Cutler & Co. return to Curly Flat

Cutler & Co. return to Curly Flat
Date: 12pm Sunday 17th July, 2016
Location: Curly Flat Vineyard

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SEATS STILL AVAILABLE!

Cutler & Co. will be returning to Curly Flat for a degustation lunch on Sunday 17th July. The partnership of our wines, current and older vintages, with Cutler & Co’s relaxed, yet sophisticated approach to food, have made for many memorable lunches at Curly Flat since 2007. The menu will be posted on our website.

Public transport options are available. Please direct all enquiries to our office on the details below.

The all-inclusive price is $185 / person. These lunches sell out quickly! Book 03 5429 1956  or send by email to mail@curlyflat.com

Cutler & Co. come to Curly Flat Degustation Menu – July 17th

On Arrival

2013 Curly Flat Lacuna Chardonnay or 2015 Curly Flat White Pinot

—Ortiz anchovy on toast Radishes with whipped cod roe Parmesan cracker, fromage blanc
2011 Curly Flat Pinot Gris
2015 Curly Flat Pinot Gris

Grilled calamari, leeks & romesco House made ricotta, romanesco broccoli & pistachio
2010 Curly Flat Chardonnay
2014 Curly Flat Chardonnay

— Smoked duck salad, beetroot and radicchio Spiced roasted pumpkin, comte & salt bush
2011 Curly Flat ‘The Curly’ Pinot Noir
2008 Curly Flat Pinot Noir

Slow roasted lamb shoulder Black barley salad Baby cos and English cream
2013 Curly Flat Pinot Noir
2010 Curly Flat Pinot Noir

— Chocolate & Mandarin
Macedon NV Sparkling
or
2009 Curly Flat Pinot Noir

A new year begins…

As the new year begins, the path leading to our 2015 harvest has now entered its eighth month.  Each vintage starts from the commencement of pruning, as this is where the template for the harvest is (literally) laid down.  Since the completion of pruning, budburst began on the 11th of September, which is later than last year but this is historically speaking still earlier than say 10 years ago.  That said, it has been a case of so far, so good with the growing cycle in vineyard as we have successfully navigated the inherent frost risks of the cool climate of the Macedon Ranges, along with maintaining adequate moisture to the vines at key points throughout the below average rainfall we have/haven’t received going way back to last August.  The weather itself has been fairly moderate, with only a few days reaching above 35 degrees (so far).  This relatively balanced weather, along with robust vine & soil health contributed to a successful flowering period throughout the vineyard which has resulted in good yields along with healthy looking bunches.  But it’s early days as harvest is at least 14 weeks away, and January & February is being predicted to particularly hot by our good friends at the Bureau of Meteorology, so as they say, it’s not over till it’s over!   Meanwhile for a different perspective of Curly Flat, below are some aerial photos taken of the vineyard back at the start of December 2014, along with a photo denoting the successful flowering. Next step for us now in the vineyard is to do a population sample of the bunches which allows us to gather an approximate tonnage for harvest in a few months time.  We’ll keep you update on how this vintage unfolds, but by all means come and visit us and talk to us first hand, along with a wine tasting of some Curly Flat to help celebrate the new year that lays ahead!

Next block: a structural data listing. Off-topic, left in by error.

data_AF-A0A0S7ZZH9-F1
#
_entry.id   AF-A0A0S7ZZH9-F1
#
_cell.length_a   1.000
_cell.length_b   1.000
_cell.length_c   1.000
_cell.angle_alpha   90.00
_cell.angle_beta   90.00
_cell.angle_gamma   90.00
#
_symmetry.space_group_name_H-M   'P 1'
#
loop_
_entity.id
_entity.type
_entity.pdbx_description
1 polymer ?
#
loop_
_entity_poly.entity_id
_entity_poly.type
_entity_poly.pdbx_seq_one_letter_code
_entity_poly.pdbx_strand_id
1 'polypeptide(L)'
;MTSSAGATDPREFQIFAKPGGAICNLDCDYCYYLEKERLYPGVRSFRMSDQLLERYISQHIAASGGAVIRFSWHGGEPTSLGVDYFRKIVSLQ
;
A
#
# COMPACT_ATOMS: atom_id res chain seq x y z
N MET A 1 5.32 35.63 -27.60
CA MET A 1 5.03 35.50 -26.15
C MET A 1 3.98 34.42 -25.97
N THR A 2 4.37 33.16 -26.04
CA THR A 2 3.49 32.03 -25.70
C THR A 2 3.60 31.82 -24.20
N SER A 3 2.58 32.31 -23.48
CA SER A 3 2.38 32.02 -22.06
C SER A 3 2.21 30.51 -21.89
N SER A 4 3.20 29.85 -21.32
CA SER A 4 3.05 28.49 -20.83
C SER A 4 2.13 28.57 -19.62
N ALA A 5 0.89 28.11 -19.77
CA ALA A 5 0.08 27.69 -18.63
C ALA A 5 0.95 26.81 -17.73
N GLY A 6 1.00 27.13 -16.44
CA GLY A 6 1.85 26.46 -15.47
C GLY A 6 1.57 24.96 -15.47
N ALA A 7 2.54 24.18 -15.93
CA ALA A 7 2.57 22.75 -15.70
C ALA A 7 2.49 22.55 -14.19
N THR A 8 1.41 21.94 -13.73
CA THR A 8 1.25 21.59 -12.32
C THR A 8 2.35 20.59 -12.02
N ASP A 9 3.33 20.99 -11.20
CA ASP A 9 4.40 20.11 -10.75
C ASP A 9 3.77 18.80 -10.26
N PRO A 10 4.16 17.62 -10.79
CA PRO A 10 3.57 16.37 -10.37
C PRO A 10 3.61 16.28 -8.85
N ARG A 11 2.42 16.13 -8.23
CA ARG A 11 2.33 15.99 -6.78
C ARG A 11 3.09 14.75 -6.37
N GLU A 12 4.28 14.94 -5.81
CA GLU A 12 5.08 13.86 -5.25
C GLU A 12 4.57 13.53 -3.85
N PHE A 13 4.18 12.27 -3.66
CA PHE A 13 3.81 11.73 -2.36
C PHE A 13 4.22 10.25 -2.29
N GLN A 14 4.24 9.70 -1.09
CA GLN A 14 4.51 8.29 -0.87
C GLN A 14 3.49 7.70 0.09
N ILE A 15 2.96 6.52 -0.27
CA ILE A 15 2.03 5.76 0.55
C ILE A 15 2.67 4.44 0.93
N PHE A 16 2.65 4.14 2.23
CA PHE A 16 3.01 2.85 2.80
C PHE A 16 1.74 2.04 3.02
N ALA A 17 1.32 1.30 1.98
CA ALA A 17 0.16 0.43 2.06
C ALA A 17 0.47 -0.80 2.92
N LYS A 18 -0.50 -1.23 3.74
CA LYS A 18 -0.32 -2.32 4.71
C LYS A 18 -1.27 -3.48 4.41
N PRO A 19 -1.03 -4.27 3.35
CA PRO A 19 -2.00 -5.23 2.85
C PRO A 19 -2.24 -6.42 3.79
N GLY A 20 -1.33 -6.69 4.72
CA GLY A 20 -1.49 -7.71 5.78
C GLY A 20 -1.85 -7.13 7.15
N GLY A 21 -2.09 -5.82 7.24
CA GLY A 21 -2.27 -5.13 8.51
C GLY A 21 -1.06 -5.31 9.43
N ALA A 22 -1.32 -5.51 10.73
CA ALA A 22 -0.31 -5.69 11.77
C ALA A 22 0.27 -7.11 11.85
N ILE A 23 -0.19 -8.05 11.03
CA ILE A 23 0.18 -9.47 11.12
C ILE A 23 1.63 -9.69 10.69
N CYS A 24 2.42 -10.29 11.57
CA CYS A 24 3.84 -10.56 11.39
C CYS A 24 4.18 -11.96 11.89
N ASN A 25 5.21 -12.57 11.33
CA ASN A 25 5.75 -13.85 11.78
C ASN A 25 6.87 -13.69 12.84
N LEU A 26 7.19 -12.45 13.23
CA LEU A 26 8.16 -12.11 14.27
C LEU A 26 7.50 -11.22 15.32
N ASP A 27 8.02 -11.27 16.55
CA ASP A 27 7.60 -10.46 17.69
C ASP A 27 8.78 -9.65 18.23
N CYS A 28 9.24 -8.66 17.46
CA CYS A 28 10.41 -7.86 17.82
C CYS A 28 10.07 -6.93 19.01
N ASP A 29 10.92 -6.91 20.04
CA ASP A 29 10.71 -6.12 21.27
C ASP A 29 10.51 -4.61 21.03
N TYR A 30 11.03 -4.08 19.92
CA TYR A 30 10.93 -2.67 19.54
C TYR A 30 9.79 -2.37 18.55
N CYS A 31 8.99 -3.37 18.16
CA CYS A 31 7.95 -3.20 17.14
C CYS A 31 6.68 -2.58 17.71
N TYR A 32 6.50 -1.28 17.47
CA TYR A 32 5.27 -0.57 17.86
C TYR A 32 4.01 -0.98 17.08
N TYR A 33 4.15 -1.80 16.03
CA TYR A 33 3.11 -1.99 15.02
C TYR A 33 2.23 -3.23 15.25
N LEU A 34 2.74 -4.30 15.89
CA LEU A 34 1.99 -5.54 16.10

Curly Flat Vineyard from a distance.  This photograph was taken facing to the South-east looking upon the pastoral landscapes, of Lancefield, Romsey and onward.

Curly Flat Vineyard from a distance.  This photograph was taken facing to the South-east, looking upon the pastoral landscapes, of Lancefield, Romsey and onward.

Curly Flat Vineyard, a closer inspection.  The dark green areas of the vineyard denote where there is frost protection via overhead sprinklers.

Curly Flat Vineyard, a closer inspection. The dark green areas of the vineyard denote where there is frost protection via overhead sprinklers. For more on our frost protection click here.

Successful Fruitset

Just an example of the good fruit set in the vineyard. Pictured are bunches of Mariafeld Clone Pinot Noir, which is classically a looser bunch than the classic tight knitted ‘pine cone’ shape normally associated with Pinot Noir.